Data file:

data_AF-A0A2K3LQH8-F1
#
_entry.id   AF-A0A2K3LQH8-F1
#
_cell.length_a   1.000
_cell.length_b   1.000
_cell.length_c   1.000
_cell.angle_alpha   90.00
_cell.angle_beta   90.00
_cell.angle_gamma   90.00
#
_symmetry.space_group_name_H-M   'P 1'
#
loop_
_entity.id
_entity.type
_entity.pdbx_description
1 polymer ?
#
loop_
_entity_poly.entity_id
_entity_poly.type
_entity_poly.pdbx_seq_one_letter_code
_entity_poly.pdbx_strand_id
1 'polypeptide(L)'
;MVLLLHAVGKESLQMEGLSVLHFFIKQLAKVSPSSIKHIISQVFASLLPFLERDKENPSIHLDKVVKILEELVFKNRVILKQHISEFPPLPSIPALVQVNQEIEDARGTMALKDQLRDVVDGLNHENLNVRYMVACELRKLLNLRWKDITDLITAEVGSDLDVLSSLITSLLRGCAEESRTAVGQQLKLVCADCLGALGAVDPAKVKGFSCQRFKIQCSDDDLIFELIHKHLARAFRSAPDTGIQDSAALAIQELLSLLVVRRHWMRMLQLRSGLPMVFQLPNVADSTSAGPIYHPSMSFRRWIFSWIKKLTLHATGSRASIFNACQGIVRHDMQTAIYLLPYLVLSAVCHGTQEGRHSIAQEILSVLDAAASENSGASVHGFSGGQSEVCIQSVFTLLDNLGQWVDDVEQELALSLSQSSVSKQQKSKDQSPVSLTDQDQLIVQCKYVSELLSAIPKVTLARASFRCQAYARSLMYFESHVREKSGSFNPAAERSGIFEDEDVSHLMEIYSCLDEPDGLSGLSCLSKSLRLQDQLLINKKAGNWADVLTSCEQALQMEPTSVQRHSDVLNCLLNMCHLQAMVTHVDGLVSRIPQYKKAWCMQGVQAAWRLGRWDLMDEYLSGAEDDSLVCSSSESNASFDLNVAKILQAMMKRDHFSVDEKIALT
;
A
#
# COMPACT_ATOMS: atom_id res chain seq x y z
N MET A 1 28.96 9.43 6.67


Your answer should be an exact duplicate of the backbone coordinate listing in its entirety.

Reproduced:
data_AF-A0A2K3LQH8-F1
#
_entry.id   AF-A0A2K3LQH8-F1
#
_cell.length_a   1.000
_cell.length_b   1.000
_cell.length_c   1.000
_cell.angle_alpha   90.00
_cell.angle_beta   90.00
_cell.angle_gamma   90.00
#
_symmetry.space_group_name_H-M   'P 1'
#
loop_
_entity.id
_entity.type
_entity.pdbx_description
1 polymer ?
#
loop_
_entity_poly.entity_id
_entity_poly.type
_entity_poly.pdbx_seq_one_letter_code
_entity_poly.pdbx_strand_id
1 'polypeptide(L)'
;MVLLLHAVGKESLQMEGLSVLHFFIKQLAKVSPSSIKHIISQVFASLLPFLERDKENPSIHLDKVVKILEELVFKNRVILKQHISEFPPLPSIPALVQVNQEIEDARGTMALKDQLRDVVDGLNHENLNVRYMVACELRKLLNLRWKDITDLITAEVGSDLDVLSSLITSLLRGCAEESRTAVGQQLKLVCADCLGALGAVDPAKVKGFSCQRFKIQCSDDDLIFELIHKHLARAFRSAPDTGIQDSAALAIQELLSLLVVRRHWMRMLQLRSGLPMVFQLPNVADSTSAGPIYHPSMSFRRWIFSWIKKLTLHATGSRASIFNACQGIVRHDMQTAIYLLPYLVLSAVCHGTQEGRHSIAQEILSVLDAAASENSGASVHGFSGGQSEVCIQSVFTLLDNLGQWVDDVEQELALSLSQSSVSKQQKSKDQSPVSLTDQDQLIVQCKYVSELLSAIPKVTLARASFRCQAYARSLMYFESHVREKSGSFNPAAERSGIFEDEDVSHLMEIYSCLDEPDGLSGLSCLSKSLRLQDQLLINKKAGNWADVLTSCEQALQMEPTSVQRHSDVLNCLLNMCHLQAMVTHVDGLVSRIPQYKKAWCMQGVQAAWRLGRWDLMDEYLSGAEDDSLVCSSSESNASFDLNVAKILQAMMKRDHFSVDEKIALT
;
A
#
# COMPACT_ATOMS: atom_id res chain seq x y z
N MET A 1 28.96 9.43 6.67